Learning to Give, Philanthropy education resources that teach giving and civic engagement


Edward and Frances Frey

Frey Foundation
48 Fountain Street NW, Suite 200 · Grand Rapids, Michigan 49503-3023
Phone:
616-451-0303 · Fax: 616-451-8481
E-mail:
freyfdn@freyfdn.org
Web Site Address: www.freyfdn.org

Location of its Founding:
Date of its Founding:
Name of the Founder(s):
Name of the Current C.E.O. / President:
Funding Interest Areas:
Grand Rapids, Michigan
1974
Edward and Frances Frey
Milton W. Rohwer, President
Enhancing the lives of children and their families; protecting the environment; nurturing community arts; encouraging civic progress; strengthening philanthropy.

Edward and Frances Frey and Frey Foundation

Powerful, intense, extremely organized and very intelligent were adjectives used to describe Edward John Frey while he was president and chairman of Union Bank in Grand Rapids, Michigan, and chairman of the board of Foremost Insurance Company. Edward was as dedicated in business as he was to his Grand Rapids community. In his personal life, he was devoted to Frances Taliaferro from the moment they met. Friends knew her as Tallie. The two became one of Grand Rapids' most complementary couples, according to Jeanne Hollebeck, Edward Frey's long-time friend and assistant.

The loving couple placed family at the top of their list of priorities as they had four children - Mary Caroline, David, Edward J., and John. Yet, the senior Freys continued to share and help those less fortunate than they.

By 1974, Edward and Frances recognized the need for a way to provide continued support for their community and specific interests (particularly, education), so they established the Frey Foundation. Since public recognition was not important to the Freys, the couple contributed most gifts with the understanding that they remained anonymous.

Many educational institutions received generous gifts to support their work, including: Aquinas College, Grand Valley State University, Culver, Emma Willard, and the University of Michigan. Outside the education arena, contributions included support of community projects such as: The John Ball Park Zoo, Planned Parenthood, United Way, St. Mark's Church, the Institute of Living, YMCA, YWCA, and Junior Achievement.

Some gifts were made because of a personal connection Edward felt to persons in need. On one occasion, he read an article in Sports Illustrated about a Catholic priest in Mexico who also became a professional wrestler for money to maintain a home for orphaned Mexican boys. Edward sent an anonymous contribution. Another article mentioned a local couple that lost everything in a house fire, and again he assisted. Later on, Edward learned of a senior at Hudsonville High School who woke before dawn to study and complete chores on his grandfather's farm so he could attend football practice in the early evening. Edward immediately set up a meeting with the coach, principal and student and arranged a two-year scholarship for the young man to attend Grand Rapids Junior College. The only conditions of the scholarship were that he maintain a high grade point average and that sports activities would not overshadow his education.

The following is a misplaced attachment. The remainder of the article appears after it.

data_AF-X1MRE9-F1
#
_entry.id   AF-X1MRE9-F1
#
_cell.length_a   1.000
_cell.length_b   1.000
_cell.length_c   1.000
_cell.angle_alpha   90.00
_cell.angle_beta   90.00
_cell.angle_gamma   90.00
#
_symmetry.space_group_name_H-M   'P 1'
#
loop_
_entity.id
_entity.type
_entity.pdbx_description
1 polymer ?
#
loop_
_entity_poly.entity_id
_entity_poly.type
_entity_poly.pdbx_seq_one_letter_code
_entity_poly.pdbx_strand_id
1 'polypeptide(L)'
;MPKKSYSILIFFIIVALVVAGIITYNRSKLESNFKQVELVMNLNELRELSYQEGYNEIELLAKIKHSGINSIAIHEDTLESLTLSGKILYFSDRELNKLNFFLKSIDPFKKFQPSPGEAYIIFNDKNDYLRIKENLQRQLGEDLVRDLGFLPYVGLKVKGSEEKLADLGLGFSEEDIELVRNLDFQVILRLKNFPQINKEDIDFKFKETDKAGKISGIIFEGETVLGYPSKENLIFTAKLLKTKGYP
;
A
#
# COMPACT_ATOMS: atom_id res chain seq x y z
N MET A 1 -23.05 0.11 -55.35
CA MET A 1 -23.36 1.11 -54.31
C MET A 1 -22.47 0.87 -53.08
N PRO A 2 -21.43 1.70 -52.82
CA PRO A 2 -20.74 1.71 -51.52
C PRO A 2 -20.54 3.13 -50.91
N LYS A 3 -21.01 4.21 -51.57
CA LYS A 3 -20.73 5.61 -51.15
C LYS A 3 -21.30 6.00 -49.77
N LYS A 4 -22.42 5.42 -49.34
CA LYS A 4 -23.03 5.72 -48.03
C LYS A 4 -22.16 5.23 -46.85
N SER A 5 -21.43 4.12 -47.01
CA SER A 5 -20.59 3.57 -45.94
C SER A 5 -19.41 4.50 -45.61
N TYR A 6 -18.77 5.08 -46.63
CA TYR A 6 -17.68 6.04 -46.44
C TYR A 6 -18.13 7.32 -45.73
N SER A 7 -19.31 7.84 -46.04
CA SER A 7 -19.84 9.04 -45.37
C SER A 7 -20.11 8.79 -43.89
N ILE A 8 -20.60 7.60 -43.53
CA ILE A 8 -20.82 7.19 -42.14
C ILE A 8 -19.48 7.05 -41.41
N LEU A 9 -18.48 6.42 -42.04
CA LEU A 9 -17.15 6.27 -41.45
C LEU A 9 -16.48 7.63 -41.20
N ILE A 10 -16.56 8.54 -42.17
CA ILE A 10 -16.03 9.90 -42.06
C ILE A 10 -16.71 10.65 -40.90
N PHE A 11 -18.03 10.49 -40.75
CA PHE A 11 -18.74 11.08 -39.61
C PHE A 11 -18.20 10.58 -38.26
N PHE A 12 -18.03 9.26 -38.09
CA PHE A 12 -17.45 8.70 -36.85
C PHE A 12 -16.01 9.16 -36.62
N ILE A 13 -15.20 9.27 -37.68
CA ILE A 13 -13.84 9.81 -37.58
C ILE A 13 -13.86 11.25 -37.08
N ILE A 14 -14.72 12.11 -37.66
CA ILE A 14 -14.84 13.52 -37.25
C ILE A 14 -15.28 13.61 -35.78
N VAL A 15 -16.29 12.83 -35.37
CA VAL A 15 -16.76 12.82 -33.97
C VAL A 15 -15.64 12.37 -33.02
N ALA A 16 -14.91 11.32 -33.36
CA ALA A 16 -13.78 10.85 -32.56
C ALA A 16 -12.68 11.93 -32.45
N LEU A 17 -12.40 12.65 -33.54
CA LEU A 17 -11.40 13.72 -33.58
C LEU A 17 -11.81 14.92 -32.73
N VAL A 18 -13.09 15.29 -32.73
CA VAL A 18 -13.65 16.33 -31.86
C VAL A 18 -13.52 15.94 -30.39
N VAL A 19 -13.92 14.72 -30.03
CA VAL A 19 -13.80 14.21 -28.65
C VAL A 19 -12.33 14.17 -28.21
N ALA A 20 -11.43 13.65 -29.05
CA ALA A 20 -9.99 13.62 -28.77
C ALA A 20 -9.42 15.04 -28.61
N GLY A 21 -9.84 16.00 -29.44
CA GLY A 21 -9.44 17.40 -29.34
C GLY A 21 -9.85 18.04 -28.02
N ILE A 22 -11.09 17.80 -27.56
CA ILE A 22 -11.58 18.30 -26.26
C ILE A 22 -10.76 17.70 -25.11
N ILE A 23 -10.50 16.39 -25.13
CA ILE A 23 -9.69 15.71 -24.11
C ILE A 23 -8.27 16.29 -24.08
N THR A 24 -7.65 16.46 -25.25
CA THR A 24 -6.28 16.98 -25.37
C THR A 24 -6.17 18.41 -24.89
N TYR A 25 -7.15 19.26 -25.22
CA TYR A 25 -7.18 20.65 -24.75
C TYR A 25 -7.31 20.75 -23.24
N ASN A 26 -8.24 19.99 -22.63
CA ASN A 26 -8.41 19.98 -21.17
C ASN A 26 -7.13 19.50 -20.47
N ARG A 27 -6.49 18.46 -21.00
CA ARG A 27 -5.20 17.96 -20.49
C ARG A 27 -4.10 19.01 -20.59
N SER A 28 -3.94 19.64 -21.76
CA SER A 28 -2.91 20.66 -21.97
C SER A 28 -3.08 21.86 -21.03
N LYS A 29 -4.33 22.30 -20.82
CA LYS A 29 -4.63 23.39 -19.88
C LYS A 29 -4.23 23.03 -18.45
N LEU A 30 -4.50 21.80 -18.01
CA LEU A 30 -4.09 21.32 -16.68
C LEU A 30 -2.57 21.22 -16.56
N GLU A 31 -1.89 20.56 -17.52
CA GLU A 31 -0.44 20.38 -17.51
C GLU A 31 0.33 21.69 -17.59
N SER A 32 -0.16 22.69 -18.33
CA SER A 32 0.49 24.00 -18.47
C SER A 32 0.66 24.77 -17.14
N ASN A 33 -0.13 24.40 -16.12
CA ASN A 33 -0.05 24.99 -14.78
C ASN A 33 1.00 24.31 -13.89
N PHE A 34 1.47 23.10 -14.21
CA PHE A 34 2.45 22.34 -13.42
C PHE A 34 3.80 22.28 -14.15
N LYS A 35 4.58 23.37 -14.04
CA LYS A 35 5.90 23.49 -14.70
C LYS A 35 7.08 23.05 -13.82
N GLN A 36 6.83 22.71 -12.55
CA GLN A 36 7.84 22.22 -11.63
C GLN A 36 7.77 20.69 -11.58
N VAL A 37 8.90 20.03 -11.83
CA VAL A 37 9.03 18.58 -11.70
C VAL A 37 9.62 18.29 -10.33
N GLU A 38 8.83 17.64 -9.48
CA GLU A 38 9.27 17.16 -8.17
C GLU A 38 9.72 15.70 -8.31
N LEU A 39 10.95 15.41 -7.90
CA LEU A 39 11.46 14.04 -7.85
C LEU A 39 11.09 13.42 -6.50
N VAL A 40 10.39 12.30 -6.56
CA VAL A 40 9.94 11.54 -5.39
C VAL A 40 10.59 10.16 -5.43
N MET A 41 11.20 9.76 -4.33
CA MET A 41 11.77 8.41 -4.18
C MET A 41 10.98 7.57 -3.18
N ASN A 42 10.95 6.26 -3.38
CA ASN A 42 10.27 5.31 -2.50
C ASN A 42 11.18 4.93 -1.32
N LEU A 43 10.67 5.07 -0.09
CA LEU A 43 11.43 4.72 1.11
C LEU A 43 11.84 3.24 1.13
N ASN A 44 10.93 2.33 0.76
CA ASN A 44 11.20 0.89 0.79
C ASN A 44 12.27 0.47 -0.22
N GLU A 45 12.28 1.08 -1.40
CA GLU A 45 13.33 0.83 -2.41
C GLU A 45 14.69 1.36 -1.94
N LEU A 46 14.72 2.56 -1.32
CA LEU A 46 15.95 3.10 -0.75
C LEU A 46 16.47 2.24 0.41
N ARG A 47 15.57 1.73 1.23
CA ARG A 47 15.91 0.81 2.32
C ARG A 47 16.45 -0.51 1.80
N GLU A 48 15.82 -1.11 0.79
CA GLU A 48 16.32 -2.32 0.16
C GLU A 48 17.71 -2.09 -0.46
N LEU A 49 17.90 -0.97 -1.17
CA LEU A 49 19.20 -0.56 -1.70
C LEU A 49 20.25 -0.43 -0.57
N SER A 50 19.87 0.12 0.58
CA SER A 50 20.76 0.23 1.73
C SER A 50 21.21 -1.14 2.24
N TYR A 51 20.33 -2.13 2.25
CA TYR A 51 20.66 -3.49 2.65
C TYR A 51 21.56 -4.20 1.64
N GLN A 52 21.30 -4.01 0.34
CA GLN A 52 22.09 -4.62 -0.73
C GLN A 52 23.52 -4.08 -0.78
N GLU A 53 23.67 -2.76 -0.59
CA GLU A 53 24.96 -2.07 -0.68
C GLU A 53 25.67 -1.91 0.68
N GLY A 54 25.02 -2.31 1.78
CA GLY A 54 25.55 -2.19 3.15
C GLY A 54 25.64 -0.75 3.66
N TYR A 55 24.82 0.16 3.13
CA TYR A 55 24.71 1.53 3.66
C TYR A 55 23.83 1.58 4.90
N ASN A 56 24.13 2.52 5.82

Edward and Frances Frey's genuine interest and involvement in progress and social change helped bring growth, culture, and educational opportunities to the Grand Rapids community. Edward was instrumental in having his hometown named America's #1 city. Both he and his wife, Frances, lived by morals and values that set wonderful examples of integrity for their family, their foundation, and the community of Grand Rapids.

The couple were known as genuine and good-natured. Edward Frey was described as a private, conservative and unpretentious man who loved to share good books, good stories, good jokes and good times with family and friends. Some of his favorite pastimes were golf, tennis and duck hunting with his sons and dog, Charlie. Frances was described as a bright, thoughtful, warm, enthusiastic, and gracious woman.

After they passed away (he in 1988 and she in 1989), substantial gifts were left to the foundation that have helped it continue its work to the present day. Their four children represent the Board of Trustees for the foundation and continue the legacy and family tradition of philanthropy according to their parents' mission.